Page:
A group demanding the removal and replacement of the new Ped Mall benches met with Iowa City Manager Geoff Fruin on Monday morning. Organized by Iowa City’s Catholic Worker House, the group believe the design of the new benches, which have armrests in the middle, are a form of hostile architecture, intended to stop people who are homeless from lying down to rest.
“We made our ask very clear — that we want all new benches taken out and replaced with the old benches,” Mark Petterson, who was part of the citizen’s group, told Little Village after the meeting.
A Nov. 23 post on the Catholic Worker’s Facebook page sparked a public debate over whether the new benches installed as part of the Ped Mall Improvement Project were an example of “hostile architecture,” the term for designs that discourage the homeless from using a public space.
Discouraging people from stretching out on Ped Mall benches wasn’t a consideration when the new design was selected, Iowa City Senior Civil Engineer Scott Sovers, who is overseeing the Ped Mall Improvement Project, told Little Village last month. And the issue never came up during the three public input sessions prior to the start of the project, all of which featured illustrations of the new benches, and all of which Little Village attended.
“By and large, the feedback we got was very positive on the benches we selected,” Sovers said. “There was never a time where anybody brought up concerns about the ability to lay down on the benches.”
The 85 benches that were in place when the project began, which only had armrests at each end, are being replaced by 70 new ones, all of which have armrests in the middle as well. The 47 shorter benches have a single armrest in the center, and 23 longer benches have two armrests, creating three sections for people to sit in.
Sovers explained the idea is that having an armrest in the middle creates separate spaces for people, and instead of ending up with one person per bench, two or three will sit comfortably — separately, but together.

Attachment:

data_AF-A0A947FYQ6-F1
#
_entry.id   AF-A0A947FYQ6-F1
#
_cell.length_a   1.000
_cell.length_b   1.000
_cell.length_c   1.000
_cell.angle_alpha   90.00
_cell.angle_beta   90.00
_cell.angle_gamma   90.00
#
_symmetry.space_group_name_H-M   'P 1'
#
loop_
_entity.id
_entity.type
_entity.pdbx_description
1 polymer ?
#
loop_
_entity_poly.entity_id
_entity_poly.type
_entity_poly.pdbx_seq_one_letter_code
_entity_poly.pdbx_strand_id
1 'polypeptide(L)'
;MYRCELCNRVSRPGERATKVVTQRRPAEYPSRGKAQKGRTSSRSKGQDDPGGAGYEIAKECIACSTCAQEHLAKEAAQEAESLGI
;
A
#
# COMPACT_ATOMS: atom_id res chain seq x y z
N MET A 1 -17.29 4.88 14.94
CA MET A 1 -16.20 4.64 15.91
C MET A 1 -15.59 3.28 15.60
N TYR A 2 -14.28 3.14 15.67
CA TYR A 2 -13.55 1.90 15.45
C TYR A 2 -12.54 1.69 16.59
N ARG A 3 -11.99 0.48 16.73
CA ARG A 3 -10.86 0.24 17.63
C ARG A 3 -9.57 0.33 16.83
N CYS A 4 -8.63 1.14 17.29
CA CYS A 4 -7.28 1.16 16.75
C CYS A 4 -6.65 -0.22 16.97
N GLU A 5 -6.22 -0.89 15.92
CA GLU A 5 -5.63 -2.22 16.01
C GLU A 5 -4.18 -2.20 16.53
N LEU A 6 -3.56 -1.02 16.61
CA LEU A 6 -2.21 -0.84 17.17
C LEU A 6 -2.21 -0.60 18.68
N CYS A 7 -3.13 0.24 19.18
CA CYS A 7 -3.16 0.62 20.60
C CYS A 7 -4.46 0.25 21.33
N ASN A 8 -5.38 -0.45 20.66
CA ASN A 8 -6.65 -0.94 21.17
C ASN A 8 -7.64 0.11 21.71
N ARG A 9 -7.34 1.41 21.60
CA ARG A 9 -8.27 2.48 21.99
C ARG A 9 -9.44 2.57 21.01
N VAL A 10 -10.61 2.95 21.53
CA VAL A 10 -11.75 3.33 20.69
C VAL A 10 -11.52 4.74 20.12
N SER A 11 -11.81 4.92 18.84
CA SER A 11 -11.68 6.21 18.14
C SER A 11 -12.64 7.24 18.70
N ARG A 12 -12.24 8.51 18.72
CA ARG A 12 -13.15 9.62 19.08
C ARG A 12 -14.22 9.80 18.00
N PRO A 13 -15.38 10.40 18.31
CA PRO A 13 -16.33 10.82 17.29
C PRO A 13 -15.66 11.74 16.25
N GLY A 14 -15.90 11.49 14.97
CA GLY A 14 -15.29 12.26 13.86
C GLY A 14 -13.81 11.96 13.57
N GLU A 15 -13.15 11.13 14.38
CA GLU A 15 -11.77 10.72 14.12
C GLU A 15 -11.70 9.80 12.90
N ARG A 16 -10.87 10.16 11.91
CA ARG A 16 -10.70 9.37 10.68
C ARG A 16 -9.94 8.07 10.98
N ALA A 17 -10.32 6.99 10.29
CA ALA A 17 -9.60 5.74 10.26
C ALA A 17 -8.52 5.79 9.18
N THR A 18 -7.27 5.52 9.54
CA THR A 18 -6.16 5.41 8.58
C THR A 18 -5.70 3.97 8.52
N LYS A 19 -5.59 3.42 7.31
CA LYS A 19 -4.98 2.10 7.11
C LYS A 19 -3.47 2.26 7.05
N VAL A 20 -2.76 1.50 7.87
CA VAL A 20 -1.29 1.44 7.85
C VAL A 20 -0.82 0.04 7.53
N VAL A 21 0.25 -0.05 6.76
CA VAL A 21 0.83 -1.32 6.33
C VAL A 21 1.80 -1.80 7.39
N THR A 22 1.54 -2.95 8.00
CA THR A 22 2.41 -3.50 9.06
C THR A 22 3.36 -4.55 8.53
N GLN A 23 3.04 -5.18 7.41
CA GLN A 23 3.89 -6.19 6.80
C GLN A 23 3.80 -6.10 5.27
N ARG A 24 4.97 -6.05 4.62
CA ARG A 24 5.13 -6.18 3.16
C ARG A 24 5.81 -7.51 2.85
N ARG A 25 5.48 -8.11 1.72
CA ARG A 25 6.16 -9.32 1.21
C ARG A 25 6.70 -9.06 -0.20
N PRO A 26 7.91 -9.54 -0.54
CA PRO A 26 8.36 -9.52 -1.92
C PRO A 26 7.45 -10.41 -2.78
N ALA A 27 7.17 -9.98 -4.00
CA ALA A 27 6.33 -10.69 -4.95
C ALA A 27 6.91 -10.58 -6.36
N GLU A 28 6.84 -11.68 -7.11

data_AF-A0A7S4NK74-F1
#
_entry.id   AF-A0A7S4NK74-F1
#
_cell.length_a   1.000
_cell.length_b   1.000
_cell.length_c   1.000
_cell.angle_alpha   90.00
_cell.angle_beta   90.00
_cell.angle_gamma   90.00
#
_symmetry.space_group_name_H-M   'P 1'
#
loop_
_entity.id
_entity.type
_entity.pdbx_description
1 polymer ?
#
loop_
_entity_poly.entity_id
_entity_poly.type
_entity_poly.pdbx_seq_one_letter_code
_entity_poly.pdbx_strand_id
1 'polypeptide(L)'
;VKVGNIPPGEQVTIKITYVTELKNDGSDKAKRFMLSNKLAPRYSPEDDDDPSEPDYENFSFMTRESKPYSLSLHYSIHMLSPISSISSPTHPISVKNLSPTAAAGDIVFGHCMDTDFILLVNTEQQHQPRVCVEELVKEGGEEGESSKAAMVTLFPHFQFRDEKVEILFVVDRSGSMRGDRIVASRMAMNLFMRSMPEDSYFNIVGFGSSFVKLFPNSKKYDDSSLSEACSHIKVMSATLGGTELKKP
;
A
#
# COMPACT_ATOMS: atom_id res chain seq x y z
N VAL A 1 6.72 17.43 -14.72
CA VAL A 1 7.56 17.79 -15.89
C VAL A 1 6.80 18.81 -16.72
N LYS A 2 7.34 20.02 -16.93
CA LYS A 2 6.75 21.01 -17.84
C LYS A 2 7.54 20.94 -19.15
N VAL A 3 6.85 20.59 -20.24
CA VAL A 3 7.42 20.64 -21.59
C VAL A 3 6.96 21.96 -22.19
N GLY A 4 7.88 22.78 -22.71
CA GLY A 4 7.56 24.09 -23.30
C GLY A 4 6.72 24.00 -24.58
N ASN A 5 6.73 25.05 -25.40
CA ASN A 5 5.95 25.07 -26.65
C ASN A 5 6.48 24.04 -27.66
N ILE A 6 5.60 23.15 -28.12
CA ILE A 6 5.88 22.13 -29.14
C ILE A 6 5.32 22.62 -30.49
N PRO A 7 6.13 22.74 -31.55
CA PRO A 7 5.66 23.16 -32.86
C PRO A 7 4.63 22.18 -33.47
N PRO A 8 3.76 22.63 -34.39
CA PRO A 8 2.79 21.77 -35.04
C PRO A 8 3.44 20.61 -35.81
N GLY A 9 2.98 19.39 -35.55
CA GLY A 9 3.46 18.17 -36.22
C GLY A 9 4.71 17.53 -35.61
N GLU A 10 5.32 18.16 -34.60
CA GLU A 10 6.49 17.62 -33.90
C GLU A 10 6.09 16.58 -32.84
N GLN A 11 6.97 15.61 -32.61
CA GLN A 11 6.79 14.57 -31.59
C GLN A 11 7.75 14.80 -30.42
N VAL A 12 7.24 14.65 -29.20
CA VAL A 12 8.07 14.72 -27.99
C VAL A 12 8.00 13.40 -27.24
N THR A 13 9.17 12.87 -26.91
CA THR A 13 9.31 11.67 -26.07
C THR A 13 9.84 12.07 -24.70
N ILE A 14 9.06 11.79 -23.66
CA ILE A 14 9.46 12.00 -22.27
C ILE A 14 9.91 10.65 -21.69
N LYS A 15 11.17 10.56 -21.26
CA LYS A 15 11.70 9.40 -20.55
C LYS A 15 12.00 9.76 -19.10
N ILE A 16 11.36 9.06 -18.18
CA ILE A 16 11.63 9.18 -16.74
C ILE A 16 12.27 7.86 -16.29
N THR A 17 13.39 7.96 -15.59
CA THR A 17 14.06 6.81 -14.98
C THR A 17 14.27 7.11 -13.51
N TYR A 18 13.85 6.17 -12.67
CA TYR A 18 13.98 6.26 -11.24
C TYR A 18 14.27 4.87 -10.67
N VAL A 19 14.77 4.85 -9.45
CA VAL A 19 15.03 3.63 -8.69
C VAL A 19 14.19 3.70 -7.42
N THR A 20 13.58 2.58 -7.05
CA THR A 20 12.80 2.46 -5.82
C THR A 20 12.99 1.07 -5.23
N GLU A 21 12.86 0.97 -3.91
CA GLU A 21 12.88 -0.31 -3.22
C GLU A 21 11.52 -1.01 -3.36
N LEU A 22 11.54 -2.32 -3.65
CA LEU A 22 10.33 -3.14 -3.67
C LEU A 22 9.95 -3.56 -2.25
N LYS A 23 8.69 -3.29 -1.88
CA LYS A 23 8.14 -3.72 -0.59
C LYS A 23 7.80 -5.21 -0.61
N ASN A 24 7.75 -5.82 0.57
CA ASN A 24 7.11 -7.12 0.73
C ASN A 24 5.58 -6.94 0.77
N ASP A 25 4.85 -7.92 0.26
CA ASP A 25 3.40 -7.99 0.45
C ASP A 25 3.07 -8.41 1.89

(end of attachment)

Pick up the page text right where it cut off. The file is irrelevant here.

“I find it more unfriendly with rails down the middle [of the benches],” said Ethan Forsgren, who volunteers with Catholic Worker House. “You can’t sit as a family, you have to split up the family in the pens between rail guards. You can’t comfortably read a book, if you want to turn sideways or stretch out.”
Forsgren said that ultimately it was an issue of who has the right to use public spaces, and whether the reasons the city had for choosing the new bench designs were more important than “the discomfort of someone who is willingly choosing to sleep outside because that is the best option available to them.”
“I thanked them for their input and informed them that the City Council has already asked staff to develop cost estimates for changing a portion of the benches to a different style,” City Manager Fruin told Little Village in an email about the meeting.
Petterson said that according to informal calculations by his group, it would cost approximately $100,000 to replace all the new benches.
“It’s an $8.1 million project, so that’s not a whole lot to do the right thing,” Petterson said. “The project is only halfway done. They could fix it.”
The benches will be discussed at the Jan. 22 city council meeting, and the Catholic Worker group will be holding a prayer vigil at City Hall prior to the meeting.
“We’re going to keep working,” Forsgren said. “We’re going to keep fighting to get all of those benches changed.”